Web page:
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Ten North Carolina schools highlighted for innovative approaches to learning

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  • A database of innovative schools across the nation via @TranscendBuilds @CRPE_edu has been updated to include 10 schools in NC. Take a look #nced.
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“Across the country, novel and unconventional approaches to school are changing how students engage in learning,” according to a press release announcing that the Canopy Project has added 189 schools to its national database, bringing the total to 319 schools — including 10 from North Carolina.

The Canopy Project is a collaborative effort by the Center on Reinventing Public Education and Transcend Education to surface and share diverse, innovative learning environments designed to advance equity and student-centered learning, the press release says.

Launched in 2018 by the Christensen Institute, the hope was the project would allow “education leaders, school designers, and researchers to see both the ‘trees’ — individual schools — and the whole ‘forest’ of schools that are innovating.”

The Canopy schools in North Carolina

There are currently 10 schools in North Carolina profiled in the Canopy Project:

  1. N.C. A&T Aggie Academy
  2. Charlotte Lab School
  3. Crossroads FLEX in the Wake County Public School System
  4. David H. Petree Elementary in Winston-Salem/Forsyth County Schools
  5. Evergreen Community Charter School
  6. Lucama Elementary in Wilson County Schools
  7. Margaret Hearne Elementary in Wilson County Schools
  8. Maureen Joy Charter School
  9. Northeast Academy for Aerospace and Advanced Technologies (NEAAAT)
  10. Southeast Area Technical High School (SEA-TECH)

How to use the Canopy Project database

The database is for researchers, policy influencers, journalists, and funders, according to the user guide.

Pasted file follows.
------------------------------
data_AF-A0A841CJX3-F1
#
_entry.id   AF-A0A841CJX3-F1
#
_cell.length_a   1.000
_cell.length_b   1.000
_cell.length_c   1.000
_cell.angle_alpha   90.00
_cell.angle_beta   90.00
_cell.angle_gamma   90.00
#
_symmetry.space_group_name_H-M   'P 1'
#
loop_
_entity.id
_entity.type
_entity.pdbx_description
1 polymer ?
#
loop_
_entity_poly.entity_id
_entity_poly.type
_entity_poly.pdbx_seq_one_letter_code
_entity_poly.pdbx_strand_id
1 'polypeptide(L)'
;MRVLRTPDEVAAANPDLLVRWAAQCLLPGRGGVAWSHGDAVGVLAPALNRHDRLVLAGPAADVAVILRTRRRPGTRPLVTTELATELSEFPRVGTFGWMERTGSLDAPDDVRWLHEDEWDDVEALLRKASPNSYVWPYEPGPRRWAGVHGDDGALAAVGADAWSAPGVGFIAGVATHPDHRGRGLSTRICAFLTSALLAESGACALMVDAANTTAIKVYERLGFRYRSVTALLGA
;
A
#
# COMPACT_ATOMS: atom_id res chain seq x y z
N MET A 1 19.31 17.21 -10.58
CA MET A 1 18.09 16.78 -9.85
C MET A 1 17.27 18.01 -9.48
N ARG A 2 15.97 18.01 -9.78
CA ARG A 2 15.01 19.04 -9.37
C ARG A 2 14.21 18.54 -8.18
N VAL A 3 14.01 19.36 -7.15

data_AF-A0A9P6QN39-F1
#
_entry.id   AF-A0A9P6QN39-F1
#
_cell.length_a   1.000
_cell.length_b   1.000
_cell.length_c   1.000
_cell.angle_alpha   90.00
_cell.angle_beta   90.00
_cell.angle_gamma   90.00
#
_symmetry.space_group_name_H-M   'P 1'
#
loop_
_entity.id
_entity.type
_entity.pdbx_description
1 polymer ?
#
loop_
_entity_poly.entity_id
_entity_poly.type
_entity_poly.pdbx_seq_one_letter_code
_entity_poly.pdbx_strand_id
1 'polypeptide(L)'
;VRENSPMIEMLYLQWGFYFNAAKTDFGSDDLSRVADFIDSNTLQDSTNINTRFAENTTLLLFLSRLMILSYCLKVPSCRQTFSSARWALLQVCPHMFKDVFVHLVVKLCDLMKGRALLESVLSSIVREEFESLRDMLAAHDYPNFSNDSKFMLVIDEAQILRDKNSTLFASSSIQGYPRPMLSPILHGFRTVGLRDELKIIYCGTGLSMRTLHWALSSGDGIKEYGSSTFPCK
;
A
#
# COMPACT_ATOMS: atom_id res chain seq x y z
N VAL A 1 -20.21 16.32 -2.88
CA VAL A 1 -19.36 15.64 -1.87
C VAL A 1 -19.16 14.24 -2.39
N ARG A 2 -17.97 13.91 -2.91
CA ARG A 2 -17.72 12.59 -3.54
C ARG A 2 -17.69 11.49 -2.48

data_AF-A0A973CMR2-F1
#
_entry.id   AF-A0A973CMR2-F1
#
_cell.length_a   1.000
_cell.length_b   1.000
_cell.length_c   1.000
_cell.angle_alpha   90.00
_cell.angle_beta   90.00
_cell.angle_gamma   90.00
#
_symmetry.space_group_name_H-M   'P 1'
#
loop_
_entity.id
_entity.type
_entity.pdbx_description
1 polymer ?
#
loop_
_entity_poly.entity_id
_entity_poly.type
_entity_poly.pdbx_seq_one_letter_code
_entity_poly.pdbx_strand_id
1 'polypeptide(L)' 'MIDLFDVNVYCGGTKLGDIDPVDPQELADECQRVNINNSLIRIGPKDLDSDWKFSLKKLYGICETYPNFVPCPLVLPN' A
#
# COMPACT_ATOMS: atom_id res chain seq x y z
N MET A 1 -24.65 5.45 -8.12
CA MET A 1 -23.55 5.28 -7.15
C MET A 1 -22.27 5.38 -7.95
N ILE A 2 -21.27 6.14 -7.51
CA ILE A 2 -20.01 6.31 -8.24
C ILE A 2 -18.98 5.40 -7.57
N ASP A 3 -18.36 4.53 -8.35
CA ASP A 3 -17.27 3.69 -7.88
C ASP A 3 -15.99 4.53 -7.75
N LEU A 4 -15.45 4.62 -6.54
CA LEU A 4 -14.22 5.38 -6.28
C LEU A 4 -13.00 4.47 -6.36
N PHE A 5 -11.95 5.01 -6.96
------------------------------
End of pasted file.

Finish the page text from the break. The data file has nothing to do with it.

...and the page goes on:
Here is the portal. Click “Go” beside “Want to search for innovative schools?” Then click “Filters” and filter by state for North Carolina. Then click “Close filter pane.”

Hover on the school name or click to expand the table to see more information about each of the schools.

If you click on the school name, you will go to their website. Click to highlight the school’s row, and in the upper right corner, you can click to view the school’s Canopy Project profile. You can also click “Share this school’s profile” to get a sharable link.

For each school, you can see the reasons they choose to innovate.

Here is the methodology behind the project.

Spotlight on Maureen Joy Charter School

Many in the EdNC audience already know Donnell Cannon.

You may remember that when he became the principal of North Edgecombe High School, he was the youngest principal in North Carolina.

You may remember when he and Jenny O’Meara led an innovative project based on student-led school redesign principles that EdNC documented in a short film, titled “We Drive It.”

You may remember when he addressed the N.C. State Board of Education, urging them to run “toward the risk of figuring out how to do school differently.”

Cannon, who now serves on EdNC’s board of directors, was recruited for his innovate leadership to be the executive director of Maureen Joy Charter School in Durham.

Maureen Joy Charter School, known as Joy, in Durham. Mebane Rash/EdNC

In this interesting case, the North Phillips School of Innovation served as a laboratory of innovative practices for a charter school.

Joy, as the public charter school is known, established its own “Learning Studio” in summer 2023, and the studio serves as a dedicated research and development (R&D) department for the school.

Cannon notes how little R&D happens in the education space.

Mebane Rash/EdNC
Mebane Rash/EdNC

The goal is to build an entirely new model of school, centering equity, liberation, and an expanded definition of success.

The studio will cultivate and accelerate innovation at Joy, with the hope of having the capacity to serve other schools as well and inform learning in North Carolina and beyond.

Mebane Rash

Mebane Rash is the CEO and editor-in-chief of EducationNC.